1835 (undated) 21 x 17 in (53.34 x 43.18 cm)
1 : 1950000
This is a beautiful map of Egypt from Sidney Hall's extremely scarce 1835 New General Atlas. It depicts Egypt, centered on the Nile River from its delta on the Mediterranean south as far as the Desert of Chebba and the Port of Abyssinia and from El-Wah or Great Oases east as far as Naaman Islands. Egypt is here divided in to Mamluk provinces of Bahari (Lower Egypt), Vostani (Middle Egypt), and Said (Lower Egypt). Hall's map notes numerous cities and villages along the river as well as various ancient Egyptian ruins including the Pyramids of Giza and the 'Sepulchers of the Kings of Thebes' (Valley of the Dead). It also offers considerable detail regarding the Valley of the Lakes of Natron with is numerous important Egyptian Coptic monasteries. Various battles between the Ottoman and French forces under Napoleon are noted, including El Arish 1799, Ghizeh 1798, and Aboukir 1798, among others. Near Suez, Hall identifies the Ancient Canal which would soon give way to a more modern variant. Numerous caravan routes are mapped throughout and ancient place names are written in parentheses.
Hall prepared that map in the declining days of the Ottoman Empire. After the conquest of Palestine by Muhammad Ali's Egypt in 1832, British intervention returned control of Palestine to the Ottoman rulers in 1840. In Egypt, following the expulsion of the Napoleonic forces by the Ottoman Mamluk Turks, Muhammad Ali, the Ottoman viceroy of Egypt, established the Mamluk dynasty that would rule Egypt until the Egyptian Revolution of 1952. Between 1820 and 1833, Ali annexed northern Sudan, Syria and parts of Arabia into the Mamluk Empire.
Sidney Hall's New General Atlas was published from 1830 to 1857, the first edition being the most common, with all subsequent editions appearing only rarely. Most of the maps included in the first edition of this atlas were drawn between 1827 and 1828 and are most likely steel plate engravings, making it among the first cartographic work to employ this technique. Each of the maps in this large and impressive atlas feature elegant engraving and an elaborate keyboard style border. Though this is hardly the first map to employ this type of border, it is possibly the earliest to use it on such a large scale. Both the choice to use steel plate engraving and the addition of the attractive keyboard boarder are evolutions of anti-forgery efforts. Copper plates, which were commonly used for printing bank notes in the early 19th century, proved largely unsuitable due to their overall fragility and the ease with which they could be duplicated. In 1819 the Bank of England introduced a £20,000 prize for anyone who could devise a means to print unforgeable notes. The American inventors Jacob Perkins and Asa Spencer responded to the call. Perkins discovered a process for economically softening and engraving steel plates while Spencer invented an engraving lathe capable of producing complex patters repetitively - such as this keyboard border. Though Perkins and Spenser did not win the prize, their steel plate engraving technique was quickly adopted by map publishers in England, who immediately recognized its value. Among early steel plate cartographic productions, this atlas, published in 1830 by Longman Rees, Orme, Brown & Green stands out as perhaps the finest. This map was issued by Sidney Hall and published by Longman Rees, Orme, Brown & Green of Paternoster Row, London, in the 1835 edition of the Sidney Hall New General Atlas.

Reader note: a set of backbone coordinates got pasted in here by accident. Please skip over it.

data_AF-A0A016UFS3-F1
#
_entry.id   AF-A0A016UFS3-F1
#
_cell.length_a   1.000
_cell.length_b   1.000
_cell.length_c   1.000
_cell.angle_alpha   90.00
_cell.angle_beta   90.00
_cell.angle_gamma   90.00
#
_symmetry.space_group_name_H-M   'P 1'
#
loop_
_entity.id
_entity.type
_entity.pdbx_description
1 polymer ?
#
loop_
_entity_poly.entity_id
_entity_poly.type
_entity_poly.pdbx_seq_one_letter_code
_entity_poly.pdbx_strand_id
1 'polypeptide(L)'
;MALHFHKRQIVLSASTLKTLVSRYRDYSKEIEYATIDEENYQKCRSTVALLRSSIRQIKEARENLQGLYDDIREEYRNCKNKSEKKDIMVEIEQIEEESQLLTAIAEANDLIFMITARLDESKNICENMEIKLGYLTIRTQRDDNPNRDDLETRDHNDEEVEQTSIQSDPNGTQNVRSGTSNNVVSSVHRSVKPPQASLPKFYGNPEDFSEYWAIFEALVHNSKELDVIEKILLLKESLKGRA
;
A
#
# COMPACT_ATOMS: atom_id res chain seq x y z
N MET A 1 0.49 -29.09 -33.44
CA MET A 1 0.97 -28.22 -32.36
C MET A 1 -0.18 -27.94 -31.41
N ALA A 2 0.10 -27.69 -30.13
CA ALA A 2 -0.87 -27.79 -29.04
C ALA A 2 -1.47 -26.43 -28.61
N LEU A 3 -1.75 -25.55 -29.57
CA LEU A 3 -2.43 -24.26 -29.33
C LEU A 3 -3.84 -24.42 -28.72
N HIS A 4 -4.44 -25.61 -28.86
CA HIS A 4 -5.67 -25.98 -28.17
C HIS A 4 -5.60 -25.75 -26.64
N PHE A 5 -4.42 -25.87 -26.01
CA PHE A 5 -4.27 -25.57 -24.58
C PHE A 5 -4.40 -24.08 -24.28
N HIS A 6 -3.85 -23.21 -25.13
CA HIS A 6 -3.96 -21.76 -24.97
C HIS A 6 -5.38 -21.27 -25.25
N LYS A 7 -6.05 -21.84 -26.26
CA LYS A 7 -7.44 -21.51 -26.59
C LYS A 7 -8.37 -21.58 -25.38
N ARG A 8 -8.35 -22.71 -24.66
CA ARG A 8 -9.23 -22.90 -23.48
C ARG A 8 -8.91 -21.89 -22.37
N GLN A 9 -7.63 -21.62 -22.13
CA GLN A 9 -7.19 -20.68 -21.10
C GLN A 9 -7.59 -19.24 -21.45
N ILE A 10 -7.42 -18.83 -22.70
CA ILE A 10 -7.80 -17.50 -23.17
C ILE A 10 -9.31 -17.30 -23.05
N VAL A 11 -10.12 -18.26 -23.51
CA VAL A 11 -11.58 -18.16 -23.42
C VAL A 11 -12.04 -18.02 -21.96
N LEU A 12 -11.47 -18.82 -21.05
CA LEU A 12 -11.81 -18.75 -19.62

Sidney Hall (1788 - 1831) was an English engraver and map publisher active in London during the late 18th and early 19th centuries. His earliest imprints, dating to about 1814, suggest a partnership with Michael Thomson, another prominent English map engraver. Hall engraved for most of the prominent London map publishers of his day, including Aaron Arrowsmith, William Faden, William Harwood, and John Thomson, among others. Hall is credited as being one of the earliest adopters of steel plate engraving, a technique that allowed for finer detail and larger print runs due to the exceptional hardness of the medium. Upon his early death - he was only in his 40s - Hall's business was inherited by his wife, Selina Hall, who continued to publish under the imprint, "S. Hall", presumably for continuity. The business eventually passed to Sidney and Selina's nephew Edward Weller, who became extremely prominent in his own right.
Hall, S., A New General Atlas, with the Divisions and Boundaries, 1835.
Very good. Original platemark visible. Minor wear along original centerfold. Some offsetting. Blank on verso.
Rumsey 4224.039 (1830 edition). Tooley, R.V., The mapping of Australia and Antarctica, 2nd ed., p. 92-93, no 687. Philips (Atlases) 758. National Library of Australia, 2113921; MAP F 514; MAP NK 10750/1; MAP RM 741; MAP T 687. Ristow, W., American Maps and Mapmakers: Commercial Cartography in the Nineteenth Century, p. 303-09.